Money Transmission Act

The MTA prohibits a person from engaging in the business of money transmission in California, unless the person is licensed or exempt from licensure or an agent of a person licensed or exempt from licensure.[2]  “Money transmission” includes receiving money for transmission.[3]  “Receiving money for transmission” means receiving money or monetary value in the United States for transmission within or outside the United States by electronic or other means.[4]

Financial Code section 2010, subdivision (l), exempts from the MTA transactions in which the recipient of the money is an agent of the payee pursuant to a preexisting written contract and delivery of the money to the agent satisfies the payor’s obligation to the payee for the goods or services provided.  An “agent” is one who represent another, called the principal, in dealings with third persons.[5]  A “payee” is the provider of goods or services, who is owed payment of money from the payor for the goods or services.[6]  A “payor” is the recipient of goods or services, who owes payment of money to the payee for the goods or services.[7]

Analysis

For the pay-in, _________’s services constitute “receiving money for transmission” because _________ receives money from the Customers for transfer to the Merchants.  The agent-of-payee exemption does not apply to these services because the money received by _________ is not owed by the Customer to the Merchant; the Customer does not have any obligation to prefund the Merchant’s account to participate in online gaming activity.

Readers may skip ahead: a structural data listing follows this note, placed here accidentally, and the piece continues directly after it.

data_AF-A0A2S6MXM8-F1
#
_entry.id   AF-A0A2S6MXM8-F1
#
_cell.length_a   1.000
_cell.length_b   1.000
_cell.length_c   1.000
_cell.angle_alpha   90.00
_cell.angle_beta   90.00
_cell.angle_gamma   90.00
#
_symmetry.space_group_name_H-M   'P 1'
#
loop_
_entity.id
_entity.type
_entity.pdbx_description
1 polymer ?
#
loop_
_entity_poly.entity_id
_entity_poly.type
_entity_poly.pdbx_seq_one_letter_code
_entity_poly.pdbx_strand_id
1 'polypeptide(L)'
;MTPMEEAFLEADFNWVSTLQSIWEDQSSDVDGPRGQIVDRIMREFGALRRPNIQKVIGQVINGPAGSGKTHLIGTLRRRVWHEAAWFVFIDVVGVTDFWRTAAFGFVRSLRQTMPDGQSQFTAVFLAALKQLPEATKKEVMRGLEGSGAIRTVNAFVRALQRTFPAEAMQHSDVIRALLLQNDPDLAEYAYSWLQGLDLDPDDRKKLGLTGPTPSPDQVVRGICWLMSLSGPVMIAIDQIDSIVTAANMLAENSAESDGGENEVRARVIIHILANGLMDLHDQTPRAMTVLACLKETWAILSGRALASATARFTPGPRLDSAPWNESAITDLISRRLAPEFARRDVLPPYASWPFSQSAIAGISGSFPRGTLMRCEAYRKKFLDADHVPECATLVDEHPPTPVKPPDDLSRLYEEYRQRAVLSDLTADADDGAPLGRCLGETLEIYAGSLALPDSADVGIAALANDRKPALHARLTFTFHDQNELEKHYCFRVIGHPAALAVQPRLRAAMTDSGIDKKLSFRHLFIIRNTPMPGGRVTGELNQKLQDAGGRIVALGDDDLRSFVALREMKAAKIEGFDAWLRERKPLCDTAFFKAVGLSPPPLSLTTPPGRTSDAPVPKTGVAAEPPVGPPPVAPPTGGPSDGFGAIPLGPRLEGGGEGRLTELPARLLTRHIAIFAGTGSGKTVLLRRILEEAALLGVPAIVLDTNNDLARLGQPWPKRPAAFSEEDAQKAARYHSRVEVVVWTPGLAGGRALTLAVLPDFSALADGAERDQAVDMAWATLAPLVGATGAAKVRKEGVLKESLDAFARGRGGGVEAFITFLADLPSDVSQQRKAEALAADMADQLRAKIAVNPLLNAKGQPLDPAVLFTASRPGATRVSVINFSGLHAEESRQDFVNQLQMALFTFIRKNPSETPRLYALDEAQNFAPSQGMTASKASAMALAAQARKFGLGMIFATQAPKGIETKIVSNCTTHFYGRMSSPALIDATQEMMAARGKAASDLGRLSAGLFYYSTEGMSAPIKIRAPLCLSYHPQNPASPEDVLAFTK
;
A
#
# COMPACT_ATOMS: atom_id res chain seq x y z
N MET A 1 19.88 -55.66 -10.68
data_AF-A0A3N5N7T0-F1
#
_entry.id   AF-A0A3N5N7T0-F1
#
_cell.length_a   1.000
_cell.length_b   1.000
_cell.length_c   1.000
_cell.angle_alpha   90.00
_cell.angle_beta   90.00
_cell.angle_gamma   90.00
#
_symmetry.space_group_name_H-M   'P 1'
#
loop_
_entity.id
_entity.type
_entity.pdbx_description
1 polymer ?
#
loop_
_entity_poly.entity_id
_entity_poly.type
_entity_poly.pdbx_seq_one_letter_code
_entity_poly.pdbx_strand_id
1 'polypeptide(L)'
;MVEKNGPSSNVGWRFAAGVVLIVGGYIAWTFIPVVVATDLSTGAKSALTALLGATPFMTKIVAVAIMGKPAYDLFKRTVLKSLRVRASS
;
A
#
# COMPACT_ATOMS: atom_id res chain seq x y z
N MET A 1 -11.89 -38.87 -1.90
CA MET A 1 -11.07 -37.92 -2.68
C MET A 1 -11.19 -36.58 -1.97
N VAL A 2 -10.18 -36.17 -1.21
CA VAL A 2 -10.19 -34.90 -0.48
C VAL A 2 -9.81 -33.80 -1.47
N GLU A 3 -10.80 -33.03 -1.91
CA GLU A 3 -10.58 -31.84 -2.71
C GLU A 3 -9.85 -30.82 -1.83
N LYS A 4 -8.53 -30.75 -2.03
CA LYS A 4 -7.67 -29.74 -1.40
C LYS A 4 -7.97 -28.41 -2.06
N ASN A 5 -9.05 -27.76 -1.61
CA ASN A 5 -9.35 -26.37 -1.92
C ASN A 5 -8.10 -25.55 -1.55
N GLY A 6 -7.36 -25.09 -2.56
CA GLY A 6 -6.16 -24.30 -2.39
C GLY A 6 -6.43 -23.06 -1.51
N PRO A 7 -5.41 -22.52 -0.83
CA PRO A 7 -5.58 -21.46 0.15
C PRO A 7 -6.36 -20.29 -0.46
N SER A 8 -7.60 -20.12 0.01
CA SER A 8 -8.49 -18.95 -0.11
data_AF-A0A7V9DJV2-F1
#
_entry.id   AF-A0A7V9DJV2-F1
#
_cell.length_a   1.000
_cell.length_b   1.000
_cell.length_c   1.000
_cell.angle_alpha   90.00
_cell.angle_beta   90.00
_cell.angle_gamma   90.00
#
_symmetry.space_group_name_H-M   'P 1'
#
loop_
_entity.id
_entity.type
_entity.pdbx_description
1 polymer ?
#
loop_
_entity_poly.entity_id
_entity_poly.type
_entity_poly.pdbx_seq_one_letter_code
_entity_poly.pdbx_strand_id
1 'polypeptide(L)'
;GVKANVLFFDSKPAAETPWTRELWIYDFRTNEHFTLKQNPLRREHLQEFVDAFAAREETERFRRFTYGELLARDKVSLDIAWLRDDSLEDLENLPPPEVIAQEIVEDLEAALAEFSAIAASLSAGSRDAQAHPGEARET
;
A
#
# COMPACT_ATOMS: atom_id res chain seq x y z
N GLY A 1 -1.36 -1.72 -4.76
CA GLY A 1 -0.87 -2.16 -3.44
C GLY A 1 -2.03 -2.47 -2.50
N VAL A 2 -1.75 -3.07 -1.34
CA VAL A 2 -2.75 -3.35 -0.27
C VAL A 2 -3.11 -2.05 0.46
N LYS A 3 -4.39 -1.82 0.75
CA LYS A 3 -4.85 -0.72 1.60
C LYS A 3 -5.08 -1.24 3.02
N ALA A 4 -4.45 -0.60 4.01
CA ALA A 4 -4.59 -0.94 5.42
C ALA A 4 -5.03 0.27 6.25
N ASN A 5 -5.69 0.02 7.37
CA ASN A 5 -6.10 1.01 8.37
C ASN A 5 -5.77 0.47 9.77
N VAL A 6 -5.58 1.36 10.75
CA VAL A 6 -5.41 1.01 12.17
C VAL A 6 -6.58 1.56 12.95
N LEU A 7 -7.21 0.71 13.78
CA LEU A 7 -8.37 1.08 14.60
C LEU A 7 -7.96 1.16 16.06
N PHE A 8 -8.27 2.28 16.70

For the pay-out, _________’s services constitute “receiving money for transmission” because _________ receives money from the Merchants for transfer to the Customers.  The agent-of-payee exemption does not apply for the pay-out transaction because the Customer does not provide any goods or services to the Merchant for which payment is owed.

Conclusion

Neither the pay-in services nor the pay-out services are exempt from the MTA.

Please note some of the proposed payments described in your request may involve illegal activities in California, such as sports betting.[8]  This opinion applies only to activities that are currently legal in California and does not relieve _________a from its obligation to comply with other applicable state and federal laws. By issuing this opinion, the Department is not taking a position on the legality of Merchants’ activities.  Also, the Department cannot issue an MTA license to _________ to engage in the transmission of money to facilitate unlawful activity.

This opinion is limited to the facts and circumstances described above.  Should any of the facts or circumstances change, the Department’s opinion may also change.

 

Sincerely,

 

Manuel P. Alvarez

Commissioner

Department of Business Oversight

 

By

________/s/___________

Senior Counsel

 

cc:  Robert Venchiarutti, Department of Business Oversight, San Francisco


[1] Fin. Code, § 2000 et seq.  All references in this letter to “Section” are to the Financial Code.

[2] Fin. Code, § 2030, subd. (a).

[3] Fin. Code, § 2030, subd. (q)(3).

[4] Fin. Code, § 2003, subd. (u).

[5] Fin. Code, § 2010, subd. (l)(1); Civ. Code, § 2295.

[6] Fin. Code, § 2010, subd. (l)(2).

[7] Fin. Code, § 2010, subd. (l)(3).

[8] See Sen. Const. Amend. No. 6 (2019-2020 Reg. Sess.)

Last updated: Aug 6, 2020 @ 3:11 pm